We are trying to use as many channels as we can. This includes accessing digital and social outlets, and also utilising valuable PR and media channels.
Additionally, we’re plugging into EV and rideshare advocates and networks. But we’re also promoting via traditional means such as telemarketing, telesales, direct sales, exhibitions and leaflet drops
What are the major challenges you’ve found in marketing the Driven concept?
Reaching people cost effectively, as with anything new. Although, the concept is new in the UK, it is well established in many other countries, so many potential customers are familiar with it.
The key challenge is encouraging people to book their shuttle as soon as they book their flight, as for most people, the journey to the airport is the first part of their trip, but the last thing that they book.
Our pricing works similarly to most perishable travel products, in that best value is obtained by booking early.
Who is most likely to use the service and how are you targeting them?
Those who live and work in the UK. We are focused on this domestic audience initially, and we’re very pleased with the early response.
Our primary focus is also on companies, because signing up large chunks of business enables us to plan resources effectively and manage growth.
Of the leisure audience, we have had a mixture of customers across multiple age ranges. Early twenties, however, are under-represented, but we believe that that is mainly due to our initial marketing mix.
What kind of help are you getting from the airports you are serving?
Until now, our focus has been on setting up the operational aspects of the business and on-boarding some key corporate customers.
We have just moved into our new Stansted unit, and have had good and welcoming support from the Electrical and Environmental teams there.
Hopefully, this is indicative of the support we can expect from other airports where we operate, when we look to enhance our presence and provide better operational conditions and efficiencies at the terminals.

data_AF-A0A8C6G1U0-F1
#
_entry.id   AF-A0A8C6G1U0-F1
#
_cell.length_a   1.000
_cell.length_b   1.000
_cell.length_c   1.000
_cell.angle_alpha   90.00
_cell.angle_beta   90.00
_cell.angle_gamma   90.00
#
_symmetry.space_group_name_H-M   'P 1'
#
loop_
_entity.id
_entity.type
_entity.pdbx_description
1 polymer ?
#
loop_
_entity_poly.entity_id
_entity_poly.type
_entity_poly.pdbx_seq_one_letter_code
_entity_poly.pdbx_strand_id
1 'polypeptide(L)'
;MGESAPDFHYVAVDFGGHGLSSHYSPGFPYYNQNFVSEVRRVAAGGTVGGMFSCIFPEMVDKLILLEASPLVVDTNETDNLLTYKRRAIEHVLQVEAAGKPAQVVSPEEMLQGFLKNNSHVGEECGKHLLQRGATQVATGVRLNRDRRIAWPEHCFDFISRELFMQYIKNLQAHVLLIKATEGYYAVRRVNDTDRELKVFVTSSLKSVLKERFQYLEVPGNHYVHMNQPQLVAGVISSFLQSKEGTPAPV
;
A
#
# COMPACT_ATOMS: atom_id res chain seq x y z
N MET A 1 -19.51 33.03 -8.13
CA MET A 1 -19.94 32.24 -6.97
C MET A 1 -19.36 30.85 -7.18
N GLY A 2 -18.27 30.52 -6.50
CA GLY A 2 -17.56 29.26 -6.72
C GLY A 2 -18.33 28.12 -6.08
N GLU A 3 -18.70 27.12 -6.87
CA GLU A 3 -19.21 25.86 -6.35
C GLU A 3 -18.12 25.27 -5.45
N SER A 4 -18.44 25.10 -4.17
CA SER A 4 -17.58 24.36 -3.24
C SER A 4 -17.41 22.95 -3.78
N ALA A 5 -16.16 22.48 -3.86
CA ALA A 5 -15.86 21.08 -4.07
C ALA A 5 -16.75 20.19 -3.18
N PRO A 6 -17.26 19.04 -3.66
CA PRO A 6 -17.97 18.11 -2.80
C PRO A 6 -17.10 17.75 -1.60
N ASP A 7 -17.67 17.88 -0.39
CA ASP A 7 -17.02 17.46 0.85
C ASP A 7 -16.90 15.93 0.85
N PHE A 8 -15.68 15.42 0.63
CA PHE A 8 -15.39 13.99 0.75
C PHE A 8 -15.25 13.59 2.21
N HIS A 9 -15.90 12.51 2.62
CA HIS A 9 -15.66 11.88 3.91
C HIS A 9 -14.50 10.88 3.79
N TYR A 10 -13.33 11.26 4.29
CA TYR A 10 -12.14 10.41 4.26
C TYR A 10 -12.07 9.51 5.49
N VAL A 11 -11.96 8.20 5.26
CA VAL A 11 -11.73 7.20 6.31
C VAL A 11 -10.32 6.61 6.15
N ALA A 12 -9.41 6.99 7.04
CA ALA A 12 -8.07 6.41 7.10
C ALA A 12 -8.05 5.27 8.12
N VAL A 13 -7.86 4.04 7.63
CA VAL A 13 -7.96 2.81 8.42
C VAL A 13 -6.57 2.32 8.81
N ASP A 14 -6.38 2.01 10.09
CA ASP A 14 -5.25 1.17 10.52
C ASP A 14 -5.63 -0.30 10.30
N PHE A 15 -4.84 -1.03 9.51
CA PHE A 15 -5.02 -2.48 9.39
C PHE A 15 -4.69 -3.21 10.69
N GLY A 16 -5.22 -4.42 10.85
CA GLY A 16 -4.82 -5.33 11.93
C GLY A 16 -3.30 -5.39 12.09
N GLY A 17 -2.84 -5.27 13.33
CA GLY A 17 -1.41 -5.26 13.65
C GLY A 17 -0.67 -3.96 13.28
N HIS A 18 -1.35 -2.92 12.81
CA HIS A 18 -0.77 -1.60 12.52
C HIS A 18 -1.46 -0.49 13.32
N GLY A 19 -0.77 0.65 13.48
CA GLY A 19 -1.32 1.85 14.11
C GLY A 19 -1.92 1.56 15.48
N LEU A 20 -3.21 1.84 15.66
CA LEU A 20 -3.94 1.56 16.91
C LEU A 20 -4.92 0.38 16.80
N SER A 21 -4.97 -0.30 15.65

It’s only been a few weeks since launch, but what’s proving popular among customers?
All our services are door-to-door and riding ‘Exclusive’ is the most popular option. This is primarily because most of our current customers are companies, which is a result of our marketing & sales focus.
Some of them are opting for our ‘Premium’ sharing service, which is still even more spacious than a First Class train journey.
For leisure customers, sharing is the most popular option (60%) with a mixture of uptake on both our ‘Eco’ and ‘Premium’ offerings.
Premium simply ensures that you get an empty seat next to you, a window seat and you can take a piece of standard-sized airline hold luggage as well as a standard-sized airline cabin bag.
This is how we expected the splits to be, which is reassuring.
How important is social media in spreading brand awareness of the electric shuttle service?
Once we turn our focus towards marketing to the leisure market, which is circa 6x larger than the corporate market, we think that social media will be extremely important to spreading awareness.
We expect to use all major social channels, particularly YouTube and Twitter.